The catalyst behind this potentially juicier “raise” in 2024 is that the U.S. inflation rate is picking back up. For instance, even though energy costs are slightly lower on an unadjusted trailing-12-month basis, as of August, West Texas Intermediate crude oil hit its highest level in 10 months this past week. Translation: prices at the pump are beginning to move up, once again.

Furthermore, core inflation has been stubbornly high. “Core inflation” removes food and energy costs from the equation. Of note, shelter costs are up 7.3% over the trailing year — and shelter has the largest weighting of any expense category.  

A visibly worried couple examining their finances while seated at a table in their home.

Image source: Getty Images.

Social Security’s 2024 COLA could be a double whammy for retirees

Considering that beneficiaries have enjoyed a COLA north of 3% only three times over the past 14 years, a 3.2% COLA in 2024 would likely be welcome, even though it would be a far cry from the historic 8.7% increase they received this year.

Unfortunately, Social Security’s 2024 COLA is shaping up to be something of a double-edged sword for retirees. No matter how big or small of a “raise” they receive, a double whammy awaits.

Perhaps the biggest issue for Social Security’s nearly 50 million retired-worker beneficiaries is that their Social Security dollars are losing purchasing power over time. To be blunt, the CPI-W is doing a terrible job of accounting for the inflation that matters to seniors.

The issue with the CPI-W can be found in its name. It’s an inflationary index that caters to the spending habits of “urban wage earners and clerical workers.” These are often working-age Americans who aren’t receiving a Social Security benefit.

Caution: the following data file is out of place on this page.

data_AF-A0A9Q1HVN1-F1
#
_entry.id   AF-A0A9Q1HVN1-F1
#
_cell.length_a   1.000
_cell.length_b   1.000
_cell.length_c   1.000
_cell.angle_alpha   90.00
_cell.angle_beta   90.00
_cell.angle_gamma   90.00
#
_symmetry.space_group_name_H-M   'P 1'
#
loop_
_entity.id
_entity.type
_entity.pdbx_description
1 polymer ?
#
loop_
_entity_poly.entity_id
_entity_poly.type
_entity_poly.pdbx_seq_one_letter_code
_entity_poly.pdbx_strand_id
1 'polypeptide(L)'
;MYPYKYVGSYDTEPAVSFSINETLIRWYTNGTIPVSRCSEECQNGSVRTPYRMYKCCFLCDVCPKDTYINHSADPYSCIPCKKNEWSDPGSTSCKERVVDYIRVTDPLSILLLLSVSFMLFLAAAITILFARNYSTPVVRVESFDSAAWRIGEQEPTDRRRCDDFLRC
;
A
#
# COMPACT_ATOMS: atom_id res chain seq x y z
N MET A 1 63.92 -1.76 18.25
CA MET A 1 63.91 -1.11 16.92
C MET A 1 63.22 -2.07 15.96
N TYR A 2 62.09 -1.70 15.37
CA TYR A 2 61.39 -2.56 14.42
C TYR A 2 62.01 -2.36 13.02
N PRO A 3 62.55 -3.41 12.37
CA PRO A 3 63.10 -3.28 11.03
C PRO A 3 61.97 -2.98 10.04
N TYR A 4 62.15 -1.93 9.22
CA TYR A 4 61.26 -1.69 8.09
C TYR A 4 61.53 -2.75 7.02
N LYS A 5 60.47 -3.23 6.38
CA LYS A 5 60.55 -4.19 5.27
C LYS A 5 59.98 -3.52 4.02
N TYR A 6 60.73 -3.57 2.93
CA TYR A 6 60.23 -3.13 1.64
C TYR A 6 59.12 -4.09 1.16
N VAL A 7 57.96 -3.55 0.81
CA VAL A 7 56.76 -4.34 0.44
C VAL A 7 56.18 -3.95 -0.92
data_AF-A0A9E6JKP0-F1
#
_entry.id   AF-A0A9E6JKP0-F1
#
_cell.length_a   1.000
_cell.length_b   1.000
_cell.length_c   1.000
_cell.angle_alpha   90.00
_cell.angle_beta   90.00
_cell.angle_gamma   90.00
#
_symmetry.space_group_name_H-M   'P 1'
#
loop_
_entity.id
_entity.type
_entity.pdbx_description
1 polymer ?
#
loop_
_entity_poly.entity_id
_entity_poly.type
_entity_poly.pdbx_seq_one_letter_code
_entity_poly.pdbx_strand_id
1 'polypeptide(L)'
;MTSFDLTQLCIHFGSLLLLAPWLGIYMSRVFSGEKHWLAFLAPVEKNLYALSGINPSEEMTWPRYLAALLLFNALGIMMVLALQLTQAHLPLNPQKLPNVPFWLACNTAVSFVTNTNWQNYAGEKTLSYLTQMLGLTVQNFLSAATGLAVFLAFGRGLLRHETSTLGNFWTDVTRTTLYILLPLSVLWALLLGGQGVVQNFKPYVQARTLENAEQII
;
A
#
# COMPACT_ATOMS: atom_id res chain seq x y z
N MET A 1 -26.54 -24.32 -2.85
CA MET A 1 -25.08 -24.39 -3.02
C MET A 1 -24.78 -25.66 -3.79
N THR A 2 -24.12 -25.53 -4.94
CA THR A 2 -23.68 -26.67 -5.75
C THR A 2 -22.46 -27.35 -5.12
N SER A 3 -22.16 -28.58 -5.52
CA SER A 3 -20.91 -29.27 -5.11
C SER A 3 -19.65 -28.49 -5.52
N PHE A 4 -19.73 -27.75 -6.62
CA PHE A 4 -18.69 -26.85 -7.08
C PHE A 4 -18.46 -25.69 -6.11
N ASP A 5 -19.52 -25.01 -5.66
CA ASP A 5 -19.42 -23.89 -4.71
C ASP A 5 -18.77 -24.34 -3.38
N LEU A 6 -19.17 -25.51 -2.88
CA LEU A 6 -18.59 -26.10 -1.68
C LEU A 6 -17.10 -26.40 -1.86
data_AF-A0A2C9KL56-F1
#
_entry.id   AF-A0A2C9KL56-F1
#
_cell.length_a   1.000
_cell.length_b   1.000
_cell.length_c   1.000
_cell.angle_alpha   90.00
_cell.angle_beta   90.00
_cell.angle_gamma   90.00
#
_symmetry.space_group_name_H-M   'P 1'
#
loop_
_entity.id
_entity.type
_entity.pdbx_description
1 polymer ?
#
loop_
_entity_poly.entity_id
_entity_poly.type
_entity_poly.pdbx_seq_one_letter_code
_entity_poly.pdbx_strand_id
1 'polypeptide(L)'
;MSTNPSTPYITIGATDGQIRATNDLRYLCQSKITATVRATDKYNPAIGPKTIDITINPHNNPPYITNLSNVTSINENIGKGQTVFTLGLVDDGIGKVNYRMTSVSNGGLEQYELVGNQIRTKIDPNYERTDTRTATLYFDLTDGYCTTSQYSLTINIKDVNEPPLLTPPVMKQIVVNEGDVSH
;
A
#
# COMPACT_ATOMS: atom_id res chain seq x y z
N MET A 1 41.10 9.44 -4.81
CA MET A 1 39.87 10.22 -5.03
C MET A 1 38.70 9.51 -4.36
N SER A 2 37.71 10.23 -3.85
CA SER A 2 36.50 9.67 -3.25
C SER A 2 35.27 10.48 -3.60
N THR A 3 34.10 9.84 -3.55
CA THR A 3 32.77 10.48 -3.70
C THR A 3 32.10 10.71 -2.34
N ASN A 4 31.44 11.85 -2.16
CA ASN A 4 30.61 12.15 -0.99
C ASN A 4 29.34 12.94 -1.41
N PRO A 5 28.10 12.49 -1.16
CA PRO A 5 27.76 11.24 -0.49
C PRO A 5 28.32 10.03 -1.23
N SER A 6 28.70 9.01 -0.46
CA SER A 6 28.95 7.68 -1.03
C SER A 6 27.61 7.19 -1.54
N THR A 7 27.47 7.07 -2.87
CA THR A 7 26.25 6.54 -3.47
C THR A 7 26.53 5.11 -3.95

Meanwhile, more than 80% of Social Security’s beneficiaries are aged 62 and above. Allowing the CPI-W to determine annual COLAs is leading to key spending categories for seniors (e.g., shelter and medical care) being underweighted. The end result is a 36% loss of purchasing power since the century began, according to TSCL. A 3.2% COLA, or some “raise” somewhere in this vicinity, isn’t going to reverse this persistent loss of purchasing power over time — especially with shelter inflation remaining well above historic norms.

But that’s not the only concern in 2024 for retirees.

In late March, the Medicare Trustees Report forecast an increase in Part B premiums for the upcoming year of nearly $10 per month ($164.90/month to $174.80/month).  Medicare Part B covers outpatient services, and the monthly premiums for Part B are often automatically deducted for Social Security recipients. Even though Part B premiums declined last year, which is a true rarity, a 6% estimated increase in Part B in 2024 would fully offset Social Security’s COLA for many low-earning beneficiaries.

Worse yet, the Medicare Trustees Report estimate may still be light. According to Mary Johnson, the 2023 U.S. Food and Drug Administration approval of Alzheimer’s drug Leqembi, which carries a $26,500 annual price tag, could singlehandedly add $5 per month to Part B premiums for 2024. 

It’s looking like, one way or another, Social Security’s 2024 cost-of-living adjustment won’t pack much of a punch.